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Monday, December 09, 2019 {{ new Date().getDay() }}

Reprinted with permission from Shareblue.

 

The Wall Street Journal reported last night that William Barr, Trump’s pick for Attorney General, sent an unsolicited 20-page memo criticizing the Russia investigation to the Department of Justice back in June. It’s a startling case of overreach and one that should disqualify him from becoming attorney general.

The memo itself is unsurprising, given the source. Barr doesn’t believe Trump can be investigated for obstruction; he thinks the president should have full authority to fire whoever he wants for whatever he wants. Further, Barr argues, unless collusion can be proved first, Trump can’t be on the hook for obstruction. From a purely legal standpoint, Barr is just pushing a theory he’s pushed for 30 years: that the President should largely be able to do whatever he wants.

What’s startling here is that Barr thought it appropriate, as a past attorney general, to send a letter leaning on Rod Rosenstein, who considers Barr a role model, to try to get him to kill a duly-authorized investigation. The memo is also surreal because Barr begins by freely admitting that he doesn’t know all the facts but then proceeds to opine about the law anyway.

Senator Chuck Schumer pointed out that Barr’s views are “deeply misguided” and constituted an “unproved attack.” With that, says Schumer, Barr is “unquestionably disqualifie[d]” to serve as attorney general. At the very least, the matter should be robustly addressed during Barr’s confirmation hearings, as the existence of the memo should worry both Democrats and Republicans.

It’s unclear whether Barr shared this memo directly with Trump, giving Trump a potential strategy to follow, and serving as a sort of audition for the job. Barr had already spent a portion of 2017 writing op-eds calling for the investigation of Hillary Clinton instead of Trump. Trump definitely took notice, offering Barr a job as his personal attorney in the Russia probe.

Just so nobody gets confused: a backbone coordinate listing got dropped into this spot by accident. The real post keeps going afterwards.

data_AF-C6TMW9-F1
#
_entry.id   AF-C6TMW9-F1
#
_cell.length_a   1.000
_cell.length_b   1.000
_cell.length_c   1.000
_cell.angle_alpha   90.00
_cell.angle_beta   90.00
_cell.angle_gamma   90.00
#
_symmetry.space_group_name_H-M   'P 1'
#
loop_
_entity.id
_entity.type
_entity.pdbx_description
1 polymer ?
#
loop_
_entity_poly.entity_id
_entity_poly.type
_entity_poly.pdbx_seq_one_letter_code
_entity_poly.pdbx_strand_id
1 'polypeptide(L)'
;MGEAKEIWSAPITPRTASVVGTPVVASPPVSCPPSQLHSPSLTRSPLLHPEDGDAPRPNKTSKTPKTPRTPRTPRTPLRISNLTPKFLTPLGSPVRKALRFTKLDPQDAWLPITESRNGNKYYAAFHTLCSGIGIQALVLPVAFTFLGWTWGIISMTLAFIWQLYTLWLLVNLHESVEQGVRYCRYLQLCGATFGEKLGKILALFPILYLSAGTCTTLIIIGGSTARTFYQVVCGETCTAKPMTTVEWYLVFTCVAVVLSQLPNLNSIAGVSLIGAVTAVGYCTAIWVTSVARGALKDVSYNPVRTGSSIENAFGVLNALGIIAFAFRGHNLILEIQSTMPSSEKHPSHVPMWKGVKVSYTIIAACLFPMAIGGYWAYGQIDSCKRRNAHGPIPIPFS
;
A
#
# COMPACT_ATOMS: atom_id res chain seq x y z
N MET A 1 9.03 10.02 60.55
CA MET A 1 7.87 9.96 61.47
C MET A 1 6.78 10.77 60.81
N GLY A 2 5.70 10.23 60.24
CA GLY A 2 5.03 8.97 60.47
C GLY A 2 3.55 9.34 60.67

In any normal setting, all of this would result in Barr’s nomination being withdrawn, but these are not normal times.

It will probably take a couple months for Barr to get confirmed, which means that Matthew Whitaker remains acting attorney general. There was a question as to whether it was appropriate for Whitaker to oversee the Russia investigation, given his assertions that the investigation is a witch hunt. But Whitaker didn’t bother to get a formal ruling about whether it would be a conflict. A senior DOJ ethics official did tell Whitaker that he should recuse, but senior appointed officials then told him he didn’t need to do so. While Whitaker is on his way out the door, there’s still enough time for him to kill the investigation or starve it of vital resources and personnel.

Trump’s acting attorney general and incoming attorney general seem to exist for one key purpose: protecting Trump from an investigation into the depths of his collusion and obstruction. And with a GOP-majority Senate, there’s no reason to think Barr won’t be confirmed and he get to work dismantling all that Mueller has carefully built.

Published with permission of The American Independent.

Header image source.

 

Michael Flynn

Photo by Tomi T Ahonen/ Twitter

Reprinted with permission from Alternet

President Donald Trump on Wednesday announced a "full pardon" for his former National Security Adviser Michael Flynn, a key figure from the start of Russia investigation and the appointment of Special Counsel Robert Mueller.

Flynn had pleaded guilty to lying to the FBI about his contacts with the Russian ambassador during the 2016 presidential transition. The reason for his lying was never fully explained. He also admitted to working as an unregistered foreign agent for Turkey while serving on the Trump campaign, work that included publishing a ghost-written op-ed in The Hill that argued for extraditing an American resident who is seen as an enemy of the Turkish government. After admitting to his crimes, Flynn attempted to recant and withdraw his guilty plea, an issue which had yet to be resolved by the courts.

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